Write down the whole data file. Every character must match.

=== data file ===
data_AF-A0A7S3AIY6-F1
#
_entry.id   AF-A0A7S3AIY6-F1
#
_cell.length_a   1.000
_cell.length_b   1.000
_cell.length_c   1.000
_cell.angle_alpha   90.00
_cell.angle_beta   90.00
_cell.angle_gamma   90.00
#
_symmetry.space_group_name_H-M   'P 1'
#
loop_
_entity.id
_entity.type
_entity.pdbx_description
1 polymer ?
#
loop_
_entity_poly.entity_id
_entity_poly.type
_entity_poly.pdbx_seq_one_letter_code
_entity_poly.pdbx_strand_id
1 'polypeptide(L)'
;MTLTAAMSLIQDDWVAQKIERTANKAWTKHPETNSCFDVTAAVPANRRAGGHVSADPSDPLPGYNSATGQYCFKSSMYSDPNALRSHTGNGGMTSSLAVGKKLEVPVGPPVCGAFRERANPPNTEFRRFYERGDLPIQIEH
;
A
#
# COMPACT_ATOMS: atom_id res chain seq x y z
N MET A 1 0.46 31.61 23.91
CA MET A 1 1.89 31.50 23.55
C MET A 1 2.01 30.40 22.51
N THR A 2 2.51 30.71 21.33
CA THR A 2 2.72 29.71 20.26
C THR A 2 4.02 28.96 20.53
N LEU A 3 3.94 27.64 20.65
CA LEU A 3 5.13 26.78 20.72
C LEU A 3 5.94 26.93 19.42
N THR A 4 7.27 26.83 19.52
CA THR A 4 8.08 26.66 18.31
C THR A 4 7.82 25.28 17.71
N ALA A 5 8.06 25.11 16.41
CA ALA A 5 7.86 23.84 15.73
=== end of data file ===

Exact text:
data_AF-A0A7S3AIY6-F1
#
_entry.id   AF-A0A7S3AIY6-F1
#
_cell.length_a   1.000
_cell.length_b   1.000
_cell.length_c   1.000
_cell.angle_alpha   90.00
_cell.angle_beta   90.00
_cell.angle_gamma   90.00
#
_symmetry.space_group_name_H-M   'P 1'
#
loop_
_entity.id
_entity.type
_entity.pdbx_description
1 polymer ?
#
loop_
_entity_poly.entity_id
_entity_poly.type
_entity_poly.pdbx_seq_one_letter_code
_entity_poly.pdbx_strand_id
1 'polypeptide(L)'
;MTLTAAMSLIQDDWVAQKIERTANKAWTKHPETNSCFDVTAAVPANRRAGGHVSADPSDPLPGYNSATGQYCFKSSMYSDPNALRSHTGNGGMTSSLAVGKKLEVPVGPPVCGAFRERANPPNTEFRRFYERGDLPIQIEH
;
A
#
# COMPACT_ATOMS: atom_id res chain seq x y z
N MET A 1 0.46 31.61 23.91
CA MET A 1 1.89 31.50 23.55
C MET A 1 2.01 30.40 22.51
N THR A 2 2.51 30.71 21.33
CA THR A 2 2.72 29.71 20.26
C THR A 2 4.02 28.96 20.53
N LEU A 3 3.94 27.64 20.65
CA LEU A 3 5.13 26.78 20.72
C LEU A 3 5.94 26.93 19.42
N THR A 4 7.27 26.83 19.52
CA THR A 4 8.08 26.66 18.31
C THR A 4 7.82 25.28 17.71
N ALA A 5 8.06 25.11 16.41
CA ALA A 5 7.86 23.84 15.73